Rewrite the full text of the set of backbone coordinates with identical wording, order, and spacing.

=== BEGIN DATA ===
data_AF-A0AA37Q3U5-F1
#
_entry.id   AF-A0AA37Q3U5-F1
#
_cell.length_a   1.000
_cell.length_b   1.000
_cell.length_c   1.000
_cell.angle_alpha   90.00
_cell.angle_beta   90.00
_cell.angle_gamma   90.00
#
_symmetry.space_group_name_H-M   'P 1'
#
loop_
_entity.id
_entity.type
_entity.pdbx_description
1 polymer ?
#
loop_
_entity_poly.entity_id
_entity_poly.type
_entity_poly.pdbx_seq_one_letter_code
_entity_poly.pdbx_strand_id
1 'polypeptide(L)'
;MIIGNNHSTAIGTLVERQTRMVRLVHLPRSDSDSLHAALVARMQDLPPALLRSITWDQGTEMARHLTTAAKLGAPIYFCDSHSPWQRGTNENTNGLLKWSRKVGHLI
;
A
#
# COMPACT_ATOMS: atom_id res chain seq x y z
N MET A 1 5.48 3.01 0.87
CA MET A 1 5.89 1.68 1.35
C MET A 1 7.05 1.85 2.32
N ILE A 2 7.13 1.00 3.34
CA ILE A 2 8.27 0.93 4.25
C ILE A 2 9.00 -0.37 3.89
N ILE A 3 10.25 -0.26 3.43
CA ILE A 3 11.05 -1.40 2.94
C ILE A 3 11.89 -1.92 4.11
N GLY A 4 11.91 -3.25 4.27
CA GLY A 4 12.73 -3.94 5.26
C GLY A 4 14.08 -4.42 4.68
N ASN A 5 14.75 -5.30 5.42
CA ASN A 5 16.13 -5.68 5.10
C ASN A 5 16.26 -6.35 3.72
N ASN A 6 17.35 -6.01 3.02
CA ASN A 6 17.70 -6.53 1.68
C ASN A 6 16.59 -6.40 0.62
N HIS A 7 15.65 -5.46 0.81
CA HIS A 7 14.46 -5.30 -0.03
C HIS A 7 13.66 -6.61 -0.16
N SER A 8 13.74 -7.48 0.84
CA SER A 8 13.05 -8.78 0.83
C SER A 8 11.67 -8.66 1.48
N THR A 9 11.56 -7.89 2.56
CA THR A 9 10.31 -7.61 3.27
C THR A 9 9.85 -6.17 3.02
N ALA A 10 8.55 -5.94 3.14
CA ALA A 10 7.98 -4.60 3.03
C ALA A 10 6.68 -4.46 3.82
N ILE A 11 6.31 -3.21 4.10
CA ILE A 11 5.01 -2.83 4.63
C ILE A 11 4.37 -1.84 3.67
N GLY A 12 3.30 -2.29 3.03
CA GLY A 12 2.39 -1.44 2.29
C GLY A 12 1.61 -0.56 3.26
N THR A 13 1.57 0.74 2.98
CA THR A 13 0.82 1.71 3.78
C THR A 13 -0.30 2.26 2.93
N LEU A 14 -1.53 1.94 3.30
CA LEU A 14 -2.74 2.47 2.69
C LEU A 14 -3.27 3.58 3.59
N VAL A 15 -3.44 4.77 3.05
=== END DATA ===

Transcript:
data_AF-A0AA37Q3U5-F1
#
_entry.id   AF-A0AA37Q3U5-F1
#
_cell.length_a   1.000
_cell.length_b   1.000
_cell.length_c   1.000
_cell.angle_alpha   90.00
_cell.angle_beta   90.00
_cell.angle_gamma   90.00
#
_symmetry.space_group_name_H-M   'P 1'
#
loop_
_entity.id
_entity.type
_entity.pdbx_description
1 polymer ?
#
loop_
_entity_poly.entity_id
_entity_poly.type
_entity_poly.pdbx_seq_one_letter_code
_entity_poly.pdbx_strand_id
1 'polypeptide(L)'
;MIIGNNHSTAIGTLVERQTRMVRLVHLPRSDSDSLHAALVARMQDLPPALLRSITWDQGTEMARHLTTAAKLGAPIYFCDSHSPWQRGTNENTNGLLKWSRKVGHLI
;
A
#
# COMPACT_ATOMS: atom_id res chain seq x y z
N MET A 1 5.48 3.01 0.87
CA MET A 1 5.89 1.68 1.35
C MET A 1 7.05 1.85 2.32
N ILE A 2 7.13 1.00 3.34
CA ILE A 2 8.27 0.93 4.25
C ILE A 2 9.00 -0.37 3.89
N ILE A 3 10.25 -0.26 3.43
CA ILE A 3 11.05 -1.40 2.94
C ILE A 3 11.89 -1.92 4.11
N GLY A 4 11.91 -3.25 4.27
CA GLY A 4 12.73 -3.94 5.26
C GLY A 4 14.08 -4.42 4.68
N ASN A 5 14.75 -5.30 5.42
CA ASN A 5 16.13 -5.68 5.10
C ASN A 5 16.26 -6.35 3.72
N ASN A 6 17.35 -6.01 3.02
CA ASN A 6 17.70 -6.53 1.68
C ASN A 6 16.59 -6.40 0.62
N HIS A 7 15.65 -5.46 0.81
CA HIS A 7 14.46 -5.30 -0.03
C HIS A 7 13.66 -6.61 -0.16
N SER A 8 13.74 -7.48 0.84
CA SER A 8 13.05 -8.78 0.83
C SER A 8 11.67 -8.66 1.48
N THR A 9 11.56 -7.89 2.56
CA THR A 9 10.31 -7.61 3.27
C THR A 9 9.85 -6.17 3.02
N ALA A 10 8.55 -5.94 3.14
CA ALA A 10 7.98 -4.60 3.03
C ALA A 10 6.68 -4.46 3.82
N ILE A 11 6.31 -3.21 4.10
CA ILE A 11 5.01 -2.83 4.63
C ILE A 11 4.37 -1.84 3.67
N GLY A 12 3.30 -2.29 3.03
CA GLY A 12 2.39 -1.44 2.29
C GLY A 12 1.61 -0.56 3.26
N THR A 13 1.57 0.74 2.98
CA THR A 13 0.82 1.71 3.78
C THR A 13 -0.30 2.26 2.93
N LEU A 14 -1.53 1.94 3.30
CA LEU A 14 -2.74 2.47 2.69
C LEU A 14 -3.27 3.58 3.59
N VAL A 15 -3.44 4.77 3.05